Super Bowl or Super Bold

Author: Dijana Vetturelli


A few days ago, I held a lecture for sports marketing students about sponsorships. I was happy that in the discussion before the lecture it was clear that they, at least, knew the difference between sponsorships and donations – this hasn’t been the case with the last few generations.


My aim was to show them a whole range of ways that sponsorships could be conducted and implemented, and most of all that they must free their minds of the regular “promotion thing” way of thinking. The result was amazing - they were thrilled!


So, why is it that an ordinary student is amazed and 99% of companies still can’t let go of the “promotion thing” way of thinking? What needs to happen to make them believe that there is so much more behind the word sponsorship?


Maybe the GSK story or the recent announcement about Apple’s sponsorship will make them believe. Both are big companies that don’t need additional brand awareness and are open-minded to look for new solutions to create their daily business in potential sponsorships. 


Super Bowl's Host Committee


Apple 1984 Super Bowl Commercial Introducing Macintosh Computer

Apple just signed a sponsorship with the Super Bowl’s Host Committee, not the event itself. It means that they won’t have any promotional rights during the game like their competitors, who use branding on billboards and signs around the stadium. Apple hasn’t made any announcements about the partnership yet. They only stated that they have no interest in marketing rights or using the Super Bowl logo and that they’re intending to promote the partnership internally among their employees. According to Super Bowl Host Committee CEO, Keith Bruce, the partnership was important to Apple because of the event’s proximity to its headquarters in Cupertino, California – so it’s important to Silicon Valley. I am sure that there is something cooking in the Apple kitchen and we’ll soon find out what.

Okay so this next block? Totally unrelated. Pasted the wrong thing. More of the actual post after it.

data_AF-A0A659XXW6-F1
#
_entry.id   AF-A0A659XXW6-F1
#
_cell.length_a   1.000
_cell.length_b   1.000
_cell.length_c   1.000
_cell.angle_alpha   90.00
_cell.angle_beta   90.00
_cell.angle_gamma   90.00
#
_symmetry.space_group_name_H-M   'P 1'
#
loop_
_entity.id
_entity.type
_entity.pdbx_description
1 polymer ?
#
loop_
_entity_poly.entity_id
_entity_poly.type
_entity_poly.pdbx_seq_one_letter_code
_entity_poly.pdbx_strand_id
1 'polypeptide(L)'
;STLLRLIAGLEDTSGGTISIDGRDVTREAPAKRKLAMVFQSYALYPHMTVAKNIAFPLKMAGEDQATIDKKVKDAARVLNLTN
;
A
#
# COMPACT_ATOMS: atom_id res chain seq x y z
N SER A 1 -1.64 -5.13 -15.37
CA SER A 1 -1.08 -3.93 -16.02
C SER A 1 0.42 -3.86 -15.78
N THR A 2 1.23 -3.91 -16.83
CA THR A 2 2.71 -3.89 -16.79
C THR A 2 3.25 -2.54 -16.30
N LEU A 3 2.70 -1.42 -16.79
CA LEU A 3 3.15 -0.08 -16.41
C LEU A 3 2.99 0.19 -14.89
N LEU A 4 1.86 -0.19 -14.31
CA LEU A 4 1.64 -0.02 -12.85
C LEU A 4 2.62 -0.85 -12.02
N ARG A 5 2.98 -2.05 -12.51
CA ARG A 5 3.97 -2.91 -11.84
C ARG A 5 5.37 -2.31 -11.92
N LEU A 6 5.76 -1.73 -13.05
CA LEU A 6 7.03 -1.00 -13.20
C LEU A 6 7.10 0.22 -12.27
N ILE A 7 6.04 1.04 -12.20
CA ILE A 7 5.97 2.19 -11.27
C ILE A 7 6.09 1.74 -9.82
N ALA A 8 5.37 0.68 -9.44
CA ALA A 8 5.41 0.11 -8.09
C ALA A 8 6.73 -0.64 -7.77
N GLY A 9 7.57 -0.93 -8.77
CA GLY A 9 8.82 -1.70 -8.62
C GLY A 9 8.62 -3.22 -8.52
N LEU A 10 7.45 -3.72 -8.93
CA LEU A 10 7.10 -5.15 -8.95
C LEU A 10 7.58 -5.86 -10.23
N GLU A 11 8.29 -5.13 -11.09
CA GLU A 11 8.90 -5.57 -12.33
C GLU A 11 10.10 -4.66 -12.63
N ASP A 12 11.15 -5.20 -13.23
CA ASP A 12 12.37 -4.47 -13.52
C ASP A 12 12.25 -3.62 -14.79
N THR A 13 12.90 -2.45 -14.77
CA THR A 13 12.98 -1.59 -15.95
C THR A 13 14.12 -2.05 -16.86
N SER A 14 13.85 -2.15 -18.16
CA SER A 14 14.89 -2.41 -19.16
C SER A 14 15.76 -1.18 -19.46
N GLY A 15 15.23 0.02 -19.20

A toothpaste and Formula 1


The GSK and F1 McLaren partnership showcased another dimension of sponsorships – f.e. it helped GSK to get become more efficient in their toothpaste factory. The changing preferences of their Aquafresh clients regarding packaging gave them a headache. Each time they had to adjust the production line it cost them from 39 minutes to two hours of time. While trying to solve the issue they get inspired by the McLaren team and developed a seven-step process mirroring McLaren's cycle of simulation at the F1 races. The result was that the employees now only need 15 minutes for adjustments and Aquafresh production reached 20 million additional tubes a year. As GSK announced the main objective of the McLaren Group partnership is to drive innovation and winning performance across their business.


"Maybe it is time to rethink the definition of sponsorship!"


So, as everything is changing – maybe it is time to rethink the definition of sponsorship and give it a new one that will make all the parties involved more open and creative. 


In the end the versatility is exactly why I love sponsorships. 


Cover photo by: John Morgan -



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